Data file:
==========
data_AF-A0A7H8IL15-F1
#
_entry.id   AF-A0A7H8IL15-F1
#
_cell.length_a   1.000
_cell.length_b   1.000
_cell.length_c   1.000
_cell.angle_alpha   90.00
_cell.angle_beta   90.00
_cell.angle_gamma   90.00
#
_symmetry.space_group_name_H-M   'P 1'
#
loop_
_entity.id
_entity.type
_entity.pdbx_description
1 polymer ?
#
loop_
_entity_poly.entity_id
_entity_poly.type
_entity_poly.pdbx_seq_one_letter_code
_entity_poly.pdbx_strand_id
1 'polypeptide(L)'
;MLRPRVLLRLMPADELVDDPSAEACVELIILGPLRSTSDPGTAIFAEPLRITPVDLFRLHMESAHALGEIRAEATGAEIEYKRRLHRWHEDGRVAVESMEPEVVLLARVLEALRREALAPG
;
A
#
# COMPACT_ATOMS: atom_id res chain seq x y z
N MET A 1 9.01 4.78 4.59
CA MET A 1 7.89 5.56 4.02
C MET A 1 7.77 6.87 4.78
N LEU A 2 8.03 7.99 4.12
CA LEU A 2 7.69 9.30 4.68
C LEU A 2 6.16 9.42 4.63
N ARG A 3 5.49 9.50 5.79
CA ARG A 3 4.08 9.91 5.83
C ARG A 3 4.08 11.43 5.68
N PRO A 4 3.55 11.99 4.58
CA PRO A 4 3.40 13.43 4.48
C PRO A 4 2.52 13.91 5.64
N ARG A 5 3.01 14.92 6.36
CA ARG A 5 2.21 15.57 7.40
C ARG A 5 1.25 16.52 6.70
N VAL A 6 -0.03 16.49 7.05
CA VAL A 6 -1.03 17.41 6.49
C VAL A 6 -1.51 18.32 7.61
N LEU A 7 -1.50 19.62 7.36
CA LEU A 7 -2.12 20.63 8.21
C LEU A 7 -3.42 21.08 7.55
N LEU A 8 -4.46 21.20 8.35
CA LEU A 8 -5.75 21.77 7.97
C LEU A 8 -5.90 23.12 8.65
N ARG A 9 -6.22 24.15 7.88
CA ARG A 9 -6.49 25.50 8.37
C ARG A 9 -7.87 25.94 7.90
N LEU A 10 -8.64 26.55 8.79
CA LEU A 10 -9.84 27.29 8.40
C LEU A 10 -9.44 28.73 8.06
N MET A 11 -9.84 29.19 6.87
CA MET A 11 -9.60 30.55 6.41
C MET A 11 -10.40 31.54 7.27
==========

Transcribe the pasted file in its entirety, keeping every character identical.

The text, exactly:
data_AF-A0A7H8IL15-F1
#
_entry.id   AF-A0A7H8IL15-F1
#
_cell.length_a   1.000
_cell.length_b   1.000
_cell.length_c   1.000
_cell.angle_alpha   90.00
_cell.angle_beta   90.00
_cell.angle_gamma   90.00
#
_symmetry.space_group_name_H-M   'P 1'
#
loop_
_entity.id
_entity.type
_entity.pdbx_description
1 polymer ?
#
loop_
_entity_poly.entity_id
_entity_poly.type
_entity_poly.pdbx_seq_one_letter_code
_entity_poly.pdbx_strand_id
1 'polypeptide(L)'
;MLRPRVLLRLMPADELVDDPSAEACVELIILGPLRSTSDPGTAIFAEPLRITPVDLFRLHMESAHALGEIRAEATGAEIEYKRRLHRWHEDGRVAVESMEPEVVLLARVLEALRREALAPG
;
A
#
# COMPACT_ATOMS: atom_id res chain seq x y z
N MET A 1 9.01 4.78 4.59
CA MET A 1 7.89 5.56 4.02
C MET A 1 7.77 6.87 4.78
N LEU A 2 8.03 7.99 4.12
CA LEU A 2 7.69 9.30 4.68
C LEU A 2 6.16 9.42 4.63
N ARG A 3 5.49 9.50 5.79
CA ARG A 3 4.08 9.91 5.83
C ARG A 3 4.08 11.43 5.68
N PRO A 4 3.55 11.99 4.58
CA PRO A 4 3.40 13.43 4.48
C PRO A 4 2.52 13.91 5.64
N ARG A 5 3.01 14.92 6.36
CA ARG A 5 2.21 15.57 7.40
C ARG A 5 1.25 16.52 6.70
N VAL A 6 -0.03 16.49 7.05
CA VAL A 6 -1.03 17.41 6.49
C VAL A 6 -1.51 18.32 7.61
N LEU A 7 -1.50 19.62 7.36
CA LEU A 7 -2.12 20.63 8.21
C LEU A 7 -3.42 21.08 7.55
N LEU A 8 -4.46 21.20 8.35
CA LEU A 8 -5.75 21.77 7.97
C LEU A 8 -5.90 23.12 8.65
N ARG A 9 -6.22 24.15 7.88
CA ARG A 9 -6.49 25.50 8.37
C ARG A 9 -7.87 25.94 7.90
N LEU A 10 -8.64 26.55 8.79
CA LEU A 10 -9.84 27.29 8.40
C LEU A 10 -9.44 28.73 8.06
N MET A 11 -9.84 29.19 6.87
CA MET A 11 -9.60 30.55 6.41
C MET A 11 -10.40 31.54 7.27